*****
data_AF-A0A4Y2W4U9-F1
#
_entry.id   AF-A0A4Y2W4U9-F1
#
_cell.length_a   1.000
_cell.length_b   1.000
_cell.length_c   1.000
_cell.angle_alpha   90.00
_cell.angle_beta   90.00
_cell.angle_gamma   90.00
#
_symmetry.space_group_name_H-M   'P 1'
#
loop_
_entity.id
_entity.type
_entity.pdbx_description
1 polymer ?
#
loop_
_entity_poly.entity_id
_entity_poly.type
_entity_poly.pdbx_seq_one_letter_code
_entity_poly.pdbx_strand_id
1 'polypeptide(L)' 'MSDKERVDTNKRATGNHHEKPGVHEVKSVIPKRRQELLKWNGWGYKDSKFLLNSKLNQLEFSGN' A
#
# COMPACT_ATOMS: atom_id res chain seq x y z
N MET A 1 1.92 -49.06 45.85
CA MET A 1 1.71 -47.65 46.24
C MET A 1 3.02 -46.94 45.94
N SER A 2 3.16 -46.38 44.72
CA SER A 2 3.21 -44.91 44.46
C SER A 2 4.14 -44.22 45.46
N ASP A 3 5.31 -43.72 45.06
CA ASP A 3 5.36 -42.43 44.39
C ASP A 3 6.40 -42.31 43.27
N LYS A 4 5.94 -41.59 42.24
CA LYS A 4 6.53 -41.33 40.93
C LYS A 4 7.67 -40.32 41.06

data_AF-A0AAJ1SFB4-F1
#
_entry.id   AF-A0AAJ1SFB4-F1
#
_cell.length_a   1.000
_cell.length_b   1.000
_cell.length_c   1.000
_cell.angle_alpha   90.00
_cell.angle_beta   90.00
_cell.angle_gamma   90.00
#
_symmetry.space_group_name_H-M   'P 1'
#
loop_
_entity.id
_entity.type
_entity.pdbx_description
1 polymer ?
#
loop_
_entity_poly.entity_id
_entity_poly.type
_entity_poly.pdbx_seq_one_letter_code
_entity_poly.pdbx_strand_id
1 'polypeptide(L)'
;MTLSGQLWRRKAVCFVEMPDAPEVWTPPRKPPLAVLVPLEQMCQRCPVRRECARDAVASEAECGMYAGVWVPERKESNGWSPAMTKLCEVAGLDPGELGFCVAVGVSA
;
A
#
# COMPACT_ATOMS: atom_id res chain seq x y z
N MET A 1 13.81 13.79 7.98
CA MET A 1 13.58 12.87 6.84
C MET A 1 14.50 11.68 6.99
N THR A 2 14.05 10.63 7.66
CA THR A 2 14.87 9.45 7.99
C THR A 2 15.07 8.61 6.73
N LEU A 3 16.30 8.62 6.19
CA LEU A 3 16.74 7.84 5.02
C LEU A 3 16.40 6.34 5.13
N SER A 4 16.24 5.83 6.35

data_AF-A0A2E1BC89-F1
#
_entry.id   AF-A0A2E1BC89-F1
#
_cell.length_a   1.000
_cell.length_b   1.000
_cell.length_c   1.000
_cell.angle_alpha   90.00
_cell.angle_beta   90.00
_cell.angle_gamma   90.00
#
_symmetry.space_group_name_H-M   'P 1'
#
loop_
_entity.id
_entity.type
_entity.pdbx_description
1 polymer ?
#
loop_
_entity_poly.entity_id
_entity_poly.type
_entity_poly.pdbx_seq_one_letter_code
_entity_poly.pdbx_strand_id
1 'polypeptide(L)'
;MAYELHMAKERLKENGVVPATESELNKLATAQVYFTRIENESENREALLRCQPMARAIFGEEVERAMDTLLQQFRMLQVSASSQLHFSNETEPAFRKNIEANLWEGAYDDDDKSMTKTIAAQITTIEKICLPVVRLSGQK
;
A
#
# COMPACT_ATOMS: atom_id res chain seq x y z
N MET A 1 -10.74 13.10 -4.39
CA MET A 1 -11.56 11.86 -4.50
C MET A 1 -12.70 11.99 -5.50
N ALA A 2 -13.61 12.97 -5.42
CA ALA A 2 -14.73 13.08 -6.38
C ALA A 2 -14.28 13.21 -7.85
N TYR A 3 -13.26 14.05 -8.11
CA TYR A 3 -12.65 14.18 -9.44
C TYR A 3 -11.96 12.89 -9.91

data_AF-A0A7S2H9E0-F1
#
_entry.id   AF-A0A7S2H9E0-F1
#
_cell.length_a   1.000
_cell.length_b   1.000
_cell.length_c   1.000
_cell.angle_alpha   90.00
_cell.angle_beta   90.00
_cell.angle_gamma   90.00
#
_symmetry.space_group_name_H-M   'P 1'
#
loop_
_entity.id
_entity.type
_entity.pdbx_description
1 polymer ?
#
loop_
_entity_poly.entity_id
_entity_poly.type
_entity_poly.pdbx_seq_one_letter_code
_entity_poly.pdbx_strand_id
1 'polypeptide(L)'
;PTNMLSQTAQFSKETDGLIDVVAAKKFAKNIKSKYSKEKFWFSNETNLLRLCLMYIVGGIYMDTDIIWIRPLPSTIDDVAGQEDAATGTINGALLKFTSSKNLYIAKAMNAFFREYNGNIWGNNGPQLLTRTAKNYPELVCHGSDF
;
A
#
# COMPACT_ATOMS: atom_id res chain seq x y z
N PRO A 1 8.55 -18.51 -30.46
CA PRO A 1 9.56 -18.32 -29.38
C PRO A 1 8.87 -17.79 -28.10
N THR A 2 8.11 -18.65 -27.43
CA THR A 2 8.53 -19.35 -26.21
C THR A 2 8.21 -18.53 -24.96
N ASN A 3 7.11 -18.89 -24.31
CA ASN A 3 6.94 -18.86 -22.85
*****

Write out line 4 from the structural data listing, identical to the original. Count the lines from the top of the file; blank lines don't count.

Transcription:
#